The crystal field is the electrostatic field, which is produced by the charges of the crystal environment of a rare earth atom. It acts on the 4f electrons of the rare earth and causes magnetic anisotropy. Fig. 3 and 4 show the effect of this field on the charge distribution. Such plots can be made by using the programs pointc to calculate the crystal field parameters and display_density to plot the charge density, see section 18.
We will describe now, how the crystal field influence can be quantitatively evaluated and how so1ion can help to do this. Within the ground state multiplet of the 4f electron wave function the crystal field can be described by the following Hamiltonian:
The first term in equ. 5 describes the crystal field, the second the effect of a magnetic field (Zeeman term). The strength of the crystal field is given by the crystal field parameters . In the case of isolating materials these parameters can be obtained by the point charge model (point charges on the neighbouring atoms, for details on these calculations see , in the McPhase suite use programs makenn and pointc to evaluate the pointcharge model for a given crystal structure, see section 18). For metals the conduction electrons screen the point charges and the determination of the crystal field is usually only possible by fits to experimental data. The program package McPhase may be used to solve such crystal field problems.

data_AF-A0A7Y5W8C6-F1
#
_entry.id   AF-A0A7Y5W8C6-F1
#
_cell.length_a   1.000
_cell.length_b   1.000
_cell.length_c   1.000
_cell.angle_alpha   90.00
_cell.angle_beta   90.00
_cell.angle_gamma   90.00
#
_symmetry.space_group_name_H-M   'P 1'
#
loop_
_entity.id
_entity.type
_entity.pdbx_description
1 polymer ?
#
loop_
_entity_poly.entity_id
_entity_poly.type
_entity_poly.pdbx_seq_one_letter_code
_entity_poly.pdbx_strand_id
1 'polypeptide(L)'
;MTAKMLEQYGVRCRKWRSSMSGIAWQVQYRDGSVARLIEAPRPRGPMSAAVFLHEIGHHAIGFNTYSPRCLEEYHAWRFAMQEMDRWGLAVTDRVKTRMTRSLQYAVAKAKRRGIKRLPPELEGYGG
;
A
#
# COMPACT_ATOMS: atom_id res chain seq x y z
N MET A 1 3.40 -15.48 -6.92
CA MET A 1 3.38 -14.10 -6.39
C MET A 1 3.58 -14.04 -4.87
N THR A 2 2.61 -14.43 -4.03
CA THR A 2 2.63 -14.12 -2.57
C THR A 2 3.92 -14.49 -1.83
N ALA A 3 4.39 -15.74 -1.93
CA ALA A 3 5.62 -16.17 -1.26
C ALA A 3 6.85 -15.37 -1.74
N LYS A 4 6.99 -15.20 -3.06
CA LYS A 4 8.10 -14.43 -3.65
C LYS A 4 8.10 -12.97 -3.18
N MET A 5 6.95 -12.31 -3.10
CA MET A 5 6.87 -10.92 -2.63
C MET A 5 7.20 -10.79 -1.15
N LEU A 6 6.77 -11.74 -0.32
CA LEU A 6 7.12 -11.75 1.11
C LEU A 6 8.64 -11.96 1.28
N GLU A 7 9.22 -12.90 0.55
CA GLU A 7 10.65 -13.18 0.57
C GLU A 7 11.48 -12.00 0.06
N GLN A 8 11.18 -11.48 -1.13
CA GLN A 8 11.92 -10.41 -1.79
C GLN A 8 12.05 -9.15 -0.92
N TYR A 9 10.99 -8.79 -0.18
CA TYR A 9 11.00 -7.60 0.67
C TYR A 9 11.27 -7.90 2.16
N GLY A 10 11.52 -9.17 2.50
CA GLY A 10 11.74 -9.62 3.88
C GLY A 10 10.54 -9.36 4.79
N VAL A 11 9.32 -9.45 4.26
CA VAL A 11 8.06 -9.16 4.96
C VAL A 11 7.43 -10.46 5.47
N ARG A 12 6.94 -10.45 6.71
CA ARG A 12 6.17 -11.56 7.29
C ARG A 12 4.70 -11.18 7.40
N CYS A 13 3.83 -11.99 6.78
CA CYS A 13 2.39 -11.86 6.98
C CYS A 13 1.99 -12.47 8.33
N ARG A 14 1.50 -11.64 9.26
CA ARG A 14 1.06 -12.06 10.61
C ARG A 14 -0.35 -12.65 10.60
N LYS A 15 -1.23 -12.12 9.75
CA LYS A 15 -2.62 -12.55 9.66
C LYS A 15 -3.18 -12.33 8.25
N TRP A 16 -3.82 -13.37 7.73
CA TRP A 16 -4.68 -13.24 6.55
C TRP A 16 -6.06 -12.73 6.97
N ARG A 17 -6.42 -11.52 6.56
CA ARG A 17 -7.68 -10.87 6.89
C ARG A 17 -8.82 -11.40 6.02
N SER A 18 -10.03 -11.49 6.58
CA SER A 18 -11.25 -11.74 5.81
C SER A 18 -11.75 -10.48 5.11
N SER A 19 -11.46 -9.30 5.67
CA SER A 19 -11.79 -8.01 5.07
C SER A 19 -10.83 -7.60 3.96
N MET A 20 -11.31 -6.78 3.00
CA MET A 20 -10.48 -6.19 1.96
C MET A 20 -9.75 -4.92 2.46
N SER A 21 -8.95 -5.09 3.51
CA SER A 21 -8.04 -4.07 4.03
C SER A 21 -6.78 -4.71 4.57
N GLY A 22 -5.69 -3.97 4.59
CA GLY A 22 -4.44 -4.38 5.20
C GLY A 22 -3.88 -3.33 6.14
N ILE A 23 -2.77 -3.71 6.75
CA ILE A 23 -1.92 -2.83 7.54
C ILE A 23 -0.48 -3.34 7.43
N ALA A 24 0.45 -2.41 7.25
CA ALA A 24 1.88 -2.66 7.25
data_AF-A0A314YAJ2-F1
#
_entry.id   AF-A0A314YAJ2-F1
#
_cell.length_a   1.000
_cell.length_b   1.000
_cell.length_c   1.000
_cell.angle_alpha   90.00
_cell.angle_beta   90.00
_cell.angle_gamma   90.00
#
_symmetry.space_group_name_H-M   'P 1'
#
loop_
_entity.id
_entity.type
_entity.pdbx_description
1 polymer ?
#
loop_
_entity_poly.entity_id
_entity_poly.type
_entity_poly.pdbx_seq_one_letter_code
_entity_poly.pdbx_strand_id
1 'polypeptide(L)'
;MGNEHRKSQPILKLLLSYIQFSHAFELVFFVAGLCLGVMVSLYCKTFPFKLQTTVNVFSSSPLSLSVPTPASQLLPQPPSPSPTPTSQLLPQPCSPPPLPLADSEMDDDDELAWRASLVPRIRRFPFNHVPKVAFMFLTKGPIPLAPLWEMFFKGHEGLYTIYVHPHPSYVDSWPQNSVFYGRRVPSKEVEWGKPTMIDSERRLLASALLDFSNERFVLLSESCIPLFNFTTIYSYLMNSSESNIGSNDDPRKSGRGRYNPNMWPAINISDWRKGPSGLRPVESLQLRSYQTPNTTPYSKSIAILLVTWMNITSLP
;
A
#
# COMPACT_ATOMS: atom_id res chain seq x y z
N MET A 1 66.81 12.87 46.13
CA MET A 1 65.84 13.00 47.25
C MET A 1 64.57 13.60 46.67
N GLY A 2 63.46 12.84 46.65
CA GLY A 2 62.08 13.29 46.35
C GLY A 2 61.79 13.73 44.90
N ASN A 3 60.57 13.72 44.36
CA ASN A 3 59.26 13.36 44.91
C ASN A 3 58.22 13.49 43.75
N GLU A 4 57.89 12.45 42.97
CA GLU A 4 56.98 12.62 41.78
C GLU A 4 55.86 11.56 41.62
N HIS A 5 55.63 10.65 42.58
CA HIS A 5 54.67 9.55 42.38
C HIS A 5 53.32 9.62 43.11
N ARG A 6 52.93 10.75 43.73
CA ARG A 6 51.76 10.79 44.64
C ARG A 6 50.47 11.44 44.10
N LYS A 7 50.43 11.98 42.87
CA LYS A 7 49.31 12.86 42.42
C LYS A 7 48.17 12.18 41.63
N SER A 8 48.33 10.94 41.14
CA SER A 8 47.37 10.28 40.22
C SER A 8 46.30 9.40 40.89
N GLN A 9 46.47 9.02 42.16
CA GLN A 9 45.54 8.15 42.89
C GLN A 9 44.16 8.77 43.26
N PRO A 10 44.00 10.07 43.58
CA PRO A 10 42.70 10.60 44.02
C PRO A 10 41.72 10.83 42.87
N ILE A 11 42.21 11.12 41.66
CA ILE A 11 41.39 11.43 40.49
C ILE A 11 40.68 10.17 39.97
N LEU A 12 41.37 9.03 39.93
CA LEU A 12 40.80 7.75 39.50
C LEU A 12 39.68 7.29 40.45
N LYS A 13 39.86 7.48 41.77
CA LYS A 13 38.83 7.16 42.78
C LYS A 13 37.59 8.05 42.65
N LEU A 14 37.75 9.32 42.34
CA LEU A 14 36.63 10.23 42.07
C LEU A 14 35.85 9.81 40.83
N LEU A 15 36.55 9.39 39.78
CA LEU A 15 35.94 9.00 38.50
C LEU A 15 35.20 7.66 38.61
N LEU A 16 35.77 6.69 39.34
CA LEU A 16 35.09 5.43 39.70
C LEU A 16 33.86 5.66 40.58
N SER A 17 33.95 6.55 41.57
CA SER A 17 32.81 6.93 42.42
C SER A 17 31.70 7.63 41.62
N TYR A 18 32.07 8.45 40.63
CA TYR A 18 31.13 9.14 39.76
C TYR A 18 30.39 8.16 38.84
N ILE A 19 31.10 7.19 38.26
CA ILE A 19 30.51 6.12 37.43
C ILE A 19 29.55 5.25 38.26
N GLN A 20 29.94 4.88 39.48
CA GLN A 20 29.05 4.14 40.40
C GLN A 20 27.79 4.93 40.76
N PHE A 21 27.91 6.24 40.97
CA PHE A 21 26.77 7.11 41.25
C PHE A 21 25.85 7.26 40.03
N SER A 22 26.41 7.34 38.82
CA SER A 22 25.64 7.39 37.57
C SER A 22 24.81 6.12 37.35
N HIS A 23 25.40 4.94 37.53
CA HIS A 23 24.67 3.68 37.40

A simpler way of dealing with crystal field anisotropy is to write instead of the first term in equ. 5
In order to implement a full diagonalisation of the single ion crystal field Hamiltonian the module so1ion(cfield, written by P. Fabi né Hoffmann) has been included into the program package. It can be used to calculate crystal field problems for rare earth ions. There is a program so1ion, which is self explaining, provided the user has a basic knowledge of crystal field theory (see e.g. the famous article by Hutchings ). Here we describe how to use the program singleion to do crystal field calculation for rare earth ions.
Martin Rotter 2017-01-10